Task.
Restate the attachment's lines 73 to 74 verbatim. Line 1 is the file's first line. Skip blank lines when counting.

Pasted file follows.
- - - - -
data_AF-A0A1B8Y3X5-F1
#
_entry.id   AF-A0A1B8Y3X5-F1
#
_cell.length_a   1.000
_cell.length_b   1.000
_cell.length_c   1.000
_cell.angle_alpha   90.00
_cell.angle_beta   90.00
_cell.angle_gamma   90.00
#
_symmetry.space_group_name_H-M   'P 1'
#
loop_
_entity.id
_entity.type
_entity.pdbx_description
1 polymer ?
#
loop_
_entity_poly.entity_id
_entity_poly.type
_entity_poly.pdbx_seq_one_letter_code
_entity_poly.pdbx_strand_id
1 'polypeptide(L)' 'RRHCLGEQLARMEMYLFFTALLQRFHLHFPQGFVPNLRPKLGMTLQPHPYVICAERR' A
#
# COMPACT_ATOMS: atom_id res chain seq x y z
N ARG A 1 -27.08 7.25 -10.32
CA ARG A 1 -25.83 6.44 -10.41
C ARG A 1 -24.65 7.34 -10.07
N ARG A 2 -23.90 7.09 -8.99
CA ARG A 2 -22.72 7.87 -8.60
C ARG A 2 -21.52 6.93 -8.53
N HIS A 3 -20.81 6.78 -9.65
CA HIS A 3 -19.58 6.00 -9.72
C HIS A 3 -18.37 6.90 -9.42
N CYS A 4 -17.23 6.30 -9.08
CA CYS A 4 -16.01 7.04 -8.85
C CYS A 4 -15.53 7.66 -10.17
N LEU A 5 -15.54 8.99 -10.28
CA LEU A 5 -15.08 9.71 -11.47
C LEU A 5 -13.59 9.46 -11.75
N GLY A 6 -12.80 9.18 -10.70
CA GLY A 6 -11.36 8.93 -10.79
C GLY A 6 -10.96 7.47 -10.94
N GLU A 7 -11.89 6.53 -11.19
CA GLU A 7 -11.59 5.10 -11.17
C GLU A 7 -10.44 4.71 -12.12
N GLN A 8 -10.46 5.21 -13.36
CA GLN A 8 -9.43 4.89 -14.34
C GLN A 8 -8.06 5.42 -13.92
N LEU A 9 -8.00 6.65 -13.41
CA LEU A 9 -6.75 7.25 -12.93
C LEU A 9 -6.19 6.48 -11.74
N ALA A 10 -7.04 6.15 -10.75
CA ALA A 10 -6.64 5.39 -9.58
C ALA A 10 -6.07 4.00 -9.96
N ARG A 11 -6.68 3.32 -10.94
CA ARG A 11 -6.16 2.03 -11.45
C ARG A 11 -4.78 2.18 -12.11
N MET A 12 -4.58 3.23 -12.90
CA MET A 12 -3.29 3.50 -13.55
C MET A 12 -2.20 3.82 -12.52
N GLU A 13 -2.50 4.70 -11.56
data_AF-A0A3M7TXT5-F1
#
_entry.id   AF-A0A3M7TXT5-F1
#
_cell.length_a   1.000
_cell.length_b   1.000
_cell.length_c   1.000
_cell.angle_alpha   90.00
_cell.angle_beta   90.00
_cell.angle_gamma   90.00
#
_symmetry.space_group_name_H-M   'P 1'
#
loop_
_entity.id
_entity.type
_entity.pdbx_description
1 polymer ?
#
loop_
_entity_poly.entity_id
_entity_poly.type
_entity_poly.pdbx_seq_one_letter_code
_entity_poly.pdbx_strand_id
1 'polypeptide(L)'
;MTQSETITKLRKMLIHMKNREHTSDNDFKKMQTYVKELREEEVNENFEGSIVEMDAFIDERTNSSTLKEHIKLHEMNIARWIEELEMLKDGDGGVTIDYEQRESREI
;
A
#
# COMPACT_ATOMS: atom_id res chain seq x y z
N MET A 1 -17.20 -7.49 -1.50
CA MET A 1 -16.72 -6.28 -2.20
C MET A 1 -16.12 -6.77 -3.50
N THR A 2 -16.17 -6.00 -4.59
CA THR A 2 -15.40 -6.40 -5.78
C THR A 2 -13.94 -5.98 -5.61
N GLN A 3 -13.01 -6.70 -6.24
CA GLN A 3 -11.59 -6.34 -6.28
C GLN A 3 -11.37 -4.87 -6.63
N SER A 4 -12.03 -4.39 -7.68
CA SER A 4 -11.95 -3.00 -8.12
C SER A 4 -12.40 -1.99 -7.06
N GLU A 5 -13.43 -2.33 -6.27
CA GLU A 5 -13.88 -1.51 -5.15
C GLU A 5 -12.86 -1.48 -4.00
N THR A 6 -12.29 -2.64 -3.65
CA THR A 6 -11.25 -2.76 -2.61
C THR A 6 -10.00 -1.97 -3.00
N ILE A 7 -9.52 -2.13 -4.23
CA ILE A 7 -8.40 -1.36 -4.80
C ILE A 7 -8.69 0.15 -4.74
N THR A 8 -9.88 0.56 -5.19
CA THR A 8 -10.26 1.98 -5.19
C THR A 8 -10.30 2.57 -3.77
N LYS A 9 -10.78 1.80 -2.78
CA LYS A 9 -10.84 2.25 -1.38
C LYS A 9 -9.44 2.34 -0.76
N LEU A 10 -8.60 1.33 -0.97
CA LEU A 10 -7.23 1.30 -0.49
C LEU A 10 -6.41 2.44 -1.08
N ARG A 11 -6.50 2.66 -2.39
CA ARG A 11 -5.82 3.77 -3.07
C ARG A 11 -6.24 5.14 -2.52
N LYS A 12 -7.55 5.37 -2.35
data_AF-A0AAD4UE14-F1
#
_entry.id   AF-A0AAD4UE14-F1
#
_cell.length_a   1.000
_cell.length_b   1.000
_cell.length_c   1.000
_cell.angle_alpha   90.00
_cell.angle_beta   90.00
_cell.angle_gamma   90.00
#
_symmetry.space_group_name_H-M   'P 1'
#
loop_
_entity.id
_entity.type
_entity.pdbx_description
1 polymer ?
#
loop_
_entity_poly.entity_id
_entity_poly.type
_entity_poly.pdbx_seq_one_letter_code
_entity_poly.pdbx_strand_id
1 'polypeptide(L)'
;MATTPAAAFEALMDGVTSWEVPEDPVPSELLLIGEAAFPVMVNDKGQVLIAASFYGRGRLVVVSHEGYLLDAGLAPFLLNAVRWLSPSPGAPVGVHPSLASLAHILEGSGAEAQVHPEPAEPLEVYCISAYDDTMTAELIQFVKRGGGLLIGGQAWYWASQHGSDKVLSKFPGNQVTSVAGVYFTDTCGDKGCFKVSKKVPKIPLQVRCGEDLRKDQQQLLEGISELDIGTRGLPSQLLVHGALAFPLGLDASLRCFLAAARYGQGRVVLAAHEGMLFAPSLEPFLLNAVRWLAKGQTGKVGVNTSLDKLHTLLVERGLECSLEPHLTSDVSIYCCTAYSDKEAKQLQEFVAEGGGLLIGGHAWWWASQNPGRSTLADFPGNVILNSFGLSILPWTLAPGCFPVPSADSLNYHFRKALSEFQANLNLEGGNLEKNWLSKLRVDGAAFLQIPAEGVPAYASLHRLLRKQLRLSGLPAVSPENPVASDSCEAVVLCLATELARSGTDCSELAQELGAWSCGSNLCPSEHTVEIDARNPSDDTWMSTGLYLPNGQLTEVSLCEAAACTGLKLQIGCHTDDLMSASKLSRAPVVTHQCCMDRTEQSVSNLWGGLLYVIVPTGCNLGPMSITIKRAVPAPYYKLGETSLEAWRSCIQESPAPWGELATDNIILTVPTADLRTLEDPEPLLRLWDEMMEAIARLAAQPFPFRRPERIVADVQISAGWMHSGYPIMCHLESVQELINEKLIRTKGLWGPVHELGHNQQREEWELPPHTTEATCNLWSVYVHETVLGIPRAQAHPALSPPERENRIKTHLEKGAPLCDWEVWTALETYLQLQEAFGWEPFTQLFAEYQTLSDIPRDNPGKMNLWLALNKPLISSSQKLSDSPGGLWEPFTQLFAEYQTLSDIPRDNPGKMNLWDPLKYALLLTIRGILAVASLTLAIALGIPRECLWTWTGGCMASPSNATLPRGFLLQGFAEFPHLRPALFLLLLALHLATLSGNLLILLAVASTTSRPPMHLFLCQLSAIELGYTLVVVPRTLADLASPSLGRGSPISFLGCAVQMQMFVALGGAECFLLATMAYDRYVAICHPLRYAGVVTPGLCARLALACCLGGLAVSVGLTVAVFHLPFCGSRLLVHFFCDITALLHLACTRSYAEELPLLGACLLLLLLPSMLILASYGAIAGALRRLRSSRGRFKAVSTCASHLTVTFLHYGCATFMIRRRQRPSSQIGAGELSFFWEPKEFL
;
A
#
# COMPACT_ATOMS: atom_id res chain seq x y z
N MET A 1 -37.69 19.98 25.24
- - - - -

_cell.angle_beta   90.00
_cell.angle_gamma   90.00